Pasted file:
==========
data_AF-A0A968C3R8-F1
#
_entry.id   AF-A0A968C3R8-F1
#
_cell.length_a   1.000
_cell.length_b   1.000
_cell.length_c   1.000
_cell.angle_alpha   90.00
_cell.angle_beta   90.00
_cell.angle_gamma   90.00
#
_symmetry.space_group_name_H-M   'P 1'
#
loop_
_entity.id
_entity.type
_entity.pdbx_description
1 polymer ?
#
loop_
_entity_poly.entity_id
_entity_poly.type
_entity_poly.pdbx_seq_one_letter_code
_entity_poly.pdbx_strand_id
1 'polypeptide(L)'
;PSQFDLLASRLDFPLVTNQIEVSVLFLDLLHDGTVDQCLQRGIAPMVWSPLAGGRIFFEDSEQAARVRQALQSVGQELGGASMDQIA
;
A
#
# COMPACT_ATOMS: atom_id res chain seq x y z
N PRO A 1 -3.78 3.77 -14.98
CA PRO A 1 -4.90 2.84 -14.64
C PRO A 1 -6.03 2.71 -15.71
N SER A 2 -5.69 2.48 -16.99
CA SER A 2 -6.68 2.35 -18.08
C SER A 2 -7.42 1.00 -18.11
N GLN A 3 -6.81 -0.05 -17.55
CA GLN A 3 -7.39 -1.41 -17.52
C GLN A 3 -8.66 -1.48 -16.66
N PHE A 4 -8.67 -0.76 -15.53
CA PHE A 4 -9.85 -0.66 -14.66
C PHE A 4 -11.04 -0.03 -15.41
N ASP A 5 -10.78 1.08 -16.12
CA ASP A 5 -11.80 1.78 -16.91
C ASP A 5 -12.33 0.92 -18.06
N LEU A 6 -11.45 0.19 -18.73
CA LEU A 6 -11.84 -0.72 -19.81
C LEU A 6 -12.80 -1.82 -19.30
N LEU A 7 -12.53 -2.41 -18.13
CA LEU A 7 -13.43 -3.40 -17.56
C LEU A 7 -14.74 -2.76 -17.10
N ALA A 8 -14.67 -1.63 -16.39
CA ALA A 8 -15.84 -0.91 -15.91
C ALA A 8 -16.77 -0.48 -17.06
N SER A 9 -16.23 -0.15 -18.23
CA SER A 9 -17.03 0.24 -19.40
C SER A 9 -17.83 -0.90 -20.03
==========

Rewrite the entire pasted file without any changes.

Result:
data_AF-A0A968C3R8-F1
#
_entry.id   AF-A0A968C3R8-F1
#
_cell.length_a   1.000
_cell.length_b   1.000
_cell.length_c   1.000
_cell.angle_alpha   90.00
_cell.angle_beta   90.00
_cell.angle_gamma   90.00
#
_symmetry.space_group_name_H-M   'P 1'
#
loop_
_entity.id
_entity.type
_entity.pdbx_description
1 polymer ?
#
loop_
_entity_poly.entity_id
_entity_poly.type
_entity_poly.pdbx_seq_one_letter_code
_entity_poly.pdbx_strand_id
1 'polypeptide(L)'
;PSQFDLLASRLDFPLVTNQIEVSVLFLDLLHDGTVDQCLQRGIAPMVWSPLAGGRIFFEDSEQAARVRQALQSVGQELGGASMDQIA
;
A
#
# COMPACT_ATOMS: atom_id res chain seq x y z
N PRO A 1 -3.78 3.77 -14.98
CA PRO A 1 -4.90 2.84 -14.64
C PRO A 1 -6.03 2.71 -15.71
N SER A 2 -5.69 2.48 -16.99
CA SER A 2 -6.68 2.35 -18.08
C SER A 2 -7.42 1.00 -18.11
N GLN A 3 -6.81 -0.05 -17.55
CA GLN A 3 -7.39 -1.41 -17.52
C GLN A 3 -8.66 -1.48 -16.66
N PHE A 4 -8.67 -0.76 -15.53
CA PHE A 4 -9.85 -0.66 -14.66
C PHE A 4 -11.04 -0.03 -15.41
N ASP A 5 -10.78 1.08 -16.12
CA ASP A 5 -11.80 1.78 -16.91
C ASP A 5 -12.33 0.92 -18.06
N LEU A 6 -11.45 0.19 -18.73
CA LEU A 6 -11.84 -0.72 -19.81
C LEU A 6 -12.80 -1.82 -19.30
N LEU A 7 -12.53 -2.41 -18.13
CA LEU A 7 -13.43 -3.40 -17.56
C LEU A 7 -14.74 -2.76 -17.10
N ALA A 8 -14.67 -1.63 -16.39
CA ALA A 8 -15.84 -0.91 -15.91
C ALA A 8 -16.77 -0.48 -17.06
N SER A 9 -16.23 -0.15 -18.23
CA SER A 9 -17.03 0.24 -19.40
C SER A 9 -17.83 -0.90 -20.03